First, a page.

FBI head: Islamic State brand losing attraction in US
Fewer Americans are traveling to fight alongside the Islamic State and the power of the extremist group's brand has diminished in the United States, FBI Director James Comey said Wednesday.
The FBI encountered "6, 8, 10" Americans a month in 2014 and the first half of 2015 who traveled to the Middle East or attempted to go there to join the Islamic State, but that number has averaged about one a month since last summer, Comey said.
"There's no doubt that something has happened that is lasting in terms of the attractiveness of the nightmare which is the Islamic State to people from the United States," he told reporters during a wide-ranging round-table discussion Wednesday.
He did not offer an explanation for the decline, though the FBI has worked aggressively in the last year to identify and intercept Americans who might be determined to reach Syria. One other possible explanation is that the Islamic State has encouraged more of its followers to carry out violence at home, and Comey acknowledged that the group's ability to encourage and inspire "troubled souls" remains a persistent concern.
The FBI still has "north of 1,000" cases in which agents are trying to evaluate a subject's level of radicalization and potential for violence.
"We have not seen the diminution that we see in the traveler world in the radicalizing online world," he said.
After a review of the evidence, the FBI has determined that the San Bernardino, California attack that killed 14 people in December was inspired by the Islamic State, he said.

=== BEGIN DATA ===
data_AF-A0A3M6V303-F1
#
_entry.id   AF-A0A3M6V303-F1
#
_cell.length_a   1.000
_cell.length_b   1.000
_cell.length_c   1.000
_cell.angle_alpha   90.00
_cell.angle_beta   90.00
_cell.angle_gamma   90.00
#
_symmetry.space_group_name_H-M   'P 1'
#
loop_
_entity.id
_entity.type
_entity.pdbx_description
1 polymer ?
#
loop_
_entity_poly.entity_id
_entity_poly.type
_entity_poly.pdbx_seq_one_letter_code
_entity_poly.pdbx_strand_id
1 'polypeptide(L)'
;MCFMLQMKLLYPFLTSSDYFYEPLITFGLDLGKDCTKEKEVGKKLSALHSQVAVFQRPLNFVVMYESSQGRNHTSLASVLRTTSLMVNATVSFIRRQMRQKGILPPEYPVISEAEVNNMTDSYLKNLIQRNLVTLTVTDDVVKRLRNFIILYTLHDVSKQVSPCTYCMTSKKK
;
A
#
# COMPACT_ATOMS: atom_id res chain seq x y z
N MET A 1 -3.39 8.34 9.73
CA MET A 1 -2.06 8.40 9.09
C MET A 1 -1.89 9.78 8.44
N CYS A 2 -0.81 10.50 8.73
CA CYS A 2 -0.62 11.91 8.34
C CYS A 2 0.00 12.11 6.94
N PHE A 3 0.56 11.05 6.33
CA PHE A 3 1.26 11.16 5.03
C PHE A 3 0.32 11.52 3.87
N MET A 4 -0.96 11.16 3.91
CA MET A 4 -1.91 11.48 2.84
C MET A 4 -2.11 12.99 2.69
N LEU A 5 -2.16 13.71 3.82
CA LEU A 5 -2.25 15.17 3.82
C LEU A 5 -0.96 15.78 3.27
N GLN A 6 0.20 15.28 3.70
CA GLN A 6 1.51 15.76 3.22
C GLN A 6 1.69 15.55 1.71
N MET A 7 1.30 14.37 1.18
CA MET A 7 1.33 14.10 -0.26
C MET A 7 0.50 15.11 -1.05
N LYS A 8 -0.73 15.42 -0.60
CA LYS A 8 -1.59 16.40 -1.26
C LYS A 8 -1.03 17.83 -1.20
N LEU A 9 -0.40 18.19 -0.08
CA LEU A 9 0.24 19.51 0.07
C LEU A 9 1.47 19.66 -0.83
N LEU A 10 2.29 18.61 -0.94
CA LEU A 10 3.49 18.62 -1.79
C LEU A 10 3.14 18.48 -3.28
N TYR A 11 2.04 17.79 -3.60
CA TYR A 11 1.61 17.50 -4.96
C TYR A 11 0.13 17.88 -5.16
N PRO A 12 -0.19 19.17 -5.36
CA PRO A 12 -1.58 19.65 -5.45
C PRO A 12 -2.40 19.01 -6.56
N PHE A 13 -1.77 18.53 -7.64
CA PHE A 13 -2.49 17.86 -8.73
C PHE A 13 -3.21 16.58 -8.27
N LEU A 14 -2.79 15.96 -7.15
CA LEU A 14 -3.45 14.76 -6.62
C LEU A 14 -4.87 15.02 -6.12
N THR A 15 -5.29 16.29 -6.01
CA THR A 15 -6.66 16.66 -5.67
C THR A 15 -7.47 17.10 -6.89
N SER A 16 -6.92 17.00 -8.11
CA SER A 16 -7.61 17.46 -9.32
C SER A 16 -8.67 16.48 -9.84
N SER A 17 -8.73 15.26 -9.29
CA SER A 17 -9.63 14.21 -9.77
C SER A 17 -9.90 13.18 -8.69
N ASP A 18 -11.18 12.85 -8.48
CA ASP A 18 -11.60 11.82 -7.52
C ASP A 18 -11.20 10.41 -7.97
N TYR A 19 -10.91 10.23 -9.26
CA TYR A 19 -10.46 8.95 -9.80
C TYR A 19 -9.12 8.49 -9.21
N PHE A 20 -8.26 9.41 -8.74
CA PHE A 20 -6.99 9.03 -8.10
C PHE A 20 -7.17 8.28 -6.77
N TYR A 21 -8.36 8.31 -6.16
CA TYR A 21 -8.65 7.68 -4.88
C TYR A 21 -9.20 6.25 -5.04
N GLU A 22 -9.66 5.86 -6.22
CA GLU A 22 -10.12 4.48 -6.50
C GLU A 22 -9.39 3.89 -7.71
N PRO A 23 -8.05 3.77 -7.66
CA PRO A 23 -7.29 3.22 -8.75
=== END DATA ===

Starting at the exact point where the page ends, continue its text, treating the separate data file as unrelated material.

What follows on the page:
The FBI went to court to force Apple Inc. to help it open a phone used by one of the attackers, Syed Farook. A third-party came forward in March with a solution to access the device, ending the legal fight. Though Comey would not reveal what if any evidence was gleaned from Farook's phone, he said he was glad the FBI had gotten into the phone and that it was important.
The FBI last month said it did not have enough information about the tool that was used to get into the device to share the details with Apple -- an assertion that some technology specialists found curious given that Comey has hinted that the FBI paid more than $1 million for it. He suggested Wednesday that the FBI had purchased only "the guts" of the tool rather than the code and software behind.
"Sometimes you can buy a tool that helps you accomplish something. Sometimes you can buy the guts of a tool, the software behind it, the code behind -- and there's a difference between those two things," he said. "The goal in San Bernardino was to investigate that case and to get into that phone, so we bought what was necessary to get into that phone -- and we tried not to spend more money than we needed to spend."
He said he was not aware of another case in which the FBI had used the same tool, but that the agency was "trying to figure out a mechanism where we can use the tool to help in other investigations."
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